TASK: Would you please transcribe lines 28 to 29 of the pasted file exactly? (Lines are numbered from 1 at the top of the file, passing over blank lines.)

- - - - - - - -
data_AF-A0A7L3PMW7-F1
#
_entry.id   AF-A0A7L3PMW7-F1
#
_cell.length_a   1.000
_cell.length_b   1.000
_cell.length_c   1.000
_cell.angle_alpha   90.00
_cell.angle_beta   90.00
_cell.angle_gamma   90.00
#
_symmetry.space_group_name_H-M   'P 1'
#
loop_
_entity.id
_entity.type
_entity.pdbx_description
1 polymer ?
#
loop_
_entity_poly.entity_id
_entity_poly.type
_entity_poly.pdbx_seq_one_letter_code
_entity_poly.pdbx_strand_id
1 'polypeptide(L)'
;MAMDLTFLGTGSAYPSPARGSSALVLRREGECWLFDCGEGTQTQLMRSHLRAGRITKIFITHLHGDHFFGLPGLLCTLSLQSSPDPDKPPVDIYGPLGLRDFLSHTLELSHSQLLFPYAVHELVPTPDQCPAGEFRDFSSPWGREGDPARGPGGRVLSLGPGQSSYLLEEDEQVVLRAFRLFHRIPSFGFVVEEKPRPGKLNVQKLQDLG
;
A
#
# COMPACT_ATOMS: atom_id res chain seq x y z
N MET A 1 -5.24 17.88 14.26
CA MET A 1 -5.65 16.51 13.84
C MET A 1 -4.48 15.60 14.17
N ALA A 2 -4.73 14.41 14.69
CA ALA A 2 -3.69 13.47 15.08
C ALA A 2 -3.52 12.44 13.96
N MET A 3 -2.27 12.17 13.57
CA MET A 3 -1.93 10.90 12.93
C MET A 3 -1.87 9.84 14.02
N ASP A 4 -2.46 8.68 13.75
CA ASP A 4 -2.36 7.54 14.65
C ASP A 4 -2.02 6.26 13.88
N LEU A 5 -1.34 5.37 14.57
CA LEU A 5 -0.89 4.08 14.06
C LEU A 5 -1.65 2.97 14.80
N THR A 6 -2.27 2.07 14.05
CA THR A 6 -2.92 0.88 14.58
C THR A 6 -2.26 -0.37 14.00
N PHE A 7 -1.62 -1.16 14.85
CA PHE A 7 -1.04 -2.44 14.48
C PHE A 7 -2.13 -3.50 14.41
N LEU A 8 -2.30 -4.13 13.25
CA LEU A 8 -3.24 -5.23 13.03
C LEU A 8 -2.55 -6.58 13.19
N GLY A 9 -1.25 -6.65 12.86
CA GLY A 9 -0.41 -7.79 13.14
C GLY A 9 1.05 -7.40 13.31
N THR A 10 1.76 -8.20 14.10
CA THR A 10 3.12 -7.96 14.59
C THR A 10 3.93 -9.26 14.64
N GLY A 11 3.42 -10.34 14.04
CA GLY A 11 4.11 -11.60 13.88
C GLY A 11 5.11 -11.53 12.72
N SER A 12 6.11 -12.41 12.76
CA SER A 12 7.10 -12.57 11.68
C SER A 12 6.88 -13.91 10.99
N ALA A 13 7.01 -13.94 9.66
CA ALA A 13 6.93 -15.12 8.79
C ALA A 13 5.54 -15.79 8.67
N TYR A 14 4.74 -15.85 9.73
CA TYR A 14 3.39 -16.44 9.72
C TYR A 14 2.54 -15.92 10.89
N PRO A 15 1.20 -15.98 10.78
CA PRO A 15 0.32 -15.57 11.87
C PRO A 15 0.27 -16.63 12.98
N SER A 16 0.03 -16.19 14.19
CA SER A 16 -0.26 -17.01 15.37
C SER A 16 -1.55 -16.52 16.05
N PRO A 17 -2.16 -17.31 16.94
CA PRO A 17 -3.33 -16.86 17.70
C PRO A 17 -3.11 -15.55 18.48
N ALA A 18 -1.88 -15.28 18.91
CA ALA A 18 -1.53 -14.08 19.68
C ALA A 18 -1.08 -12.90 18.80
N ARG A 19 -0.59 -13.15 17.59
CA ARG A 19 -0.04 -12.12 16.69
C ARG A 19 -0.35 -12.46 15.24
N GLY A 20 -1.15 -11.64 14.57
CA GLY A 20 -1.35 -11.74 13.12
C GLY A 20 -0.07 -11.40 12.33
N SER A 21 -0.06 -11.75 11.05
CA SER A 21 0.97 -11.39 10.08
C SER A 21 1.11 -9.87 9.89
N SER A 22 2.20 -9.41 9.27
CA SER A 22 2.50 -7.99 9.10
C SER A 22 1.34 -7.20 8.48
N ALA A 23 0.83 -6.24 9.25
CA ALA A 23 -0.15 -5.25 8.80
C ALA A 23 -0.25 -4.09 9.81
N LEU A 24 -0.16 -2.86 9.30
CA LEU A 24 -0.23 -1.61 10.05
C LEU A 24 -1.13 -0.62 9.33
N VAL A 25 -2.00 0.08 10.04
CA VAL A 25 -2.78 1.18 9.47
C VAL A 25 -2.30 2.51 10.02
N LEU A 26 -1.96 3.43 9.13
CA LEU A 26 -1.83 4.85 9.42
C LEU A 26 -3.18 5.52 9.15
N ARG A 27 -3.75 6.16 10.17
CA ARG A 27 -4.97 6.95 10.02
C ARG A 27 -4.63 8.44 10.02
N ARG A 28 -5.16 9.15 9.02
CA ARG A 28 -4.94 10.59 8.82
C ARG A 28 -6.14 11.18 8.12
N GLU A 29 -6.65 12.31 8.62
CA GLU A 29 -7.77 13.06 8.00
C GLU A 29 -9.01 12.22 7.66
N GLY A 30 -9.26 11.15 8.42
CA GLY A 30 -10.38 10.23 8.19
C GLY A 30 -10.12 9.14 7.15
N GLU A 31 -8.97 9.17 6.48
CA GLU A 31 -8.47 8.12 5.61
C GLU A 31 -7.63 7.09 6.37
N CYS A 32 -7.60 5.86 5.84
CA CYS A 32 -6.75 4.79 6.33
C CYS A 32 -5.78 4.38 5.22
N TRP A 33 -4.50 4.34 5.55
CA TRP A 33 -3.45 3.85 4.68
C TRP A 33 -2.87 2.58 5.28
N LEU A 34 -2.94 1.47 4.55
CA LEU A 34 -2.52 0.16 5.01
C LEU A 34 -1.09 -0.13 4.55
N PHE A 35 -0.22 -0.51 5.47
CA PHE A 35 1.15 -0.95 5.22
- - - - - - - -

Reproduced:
A
#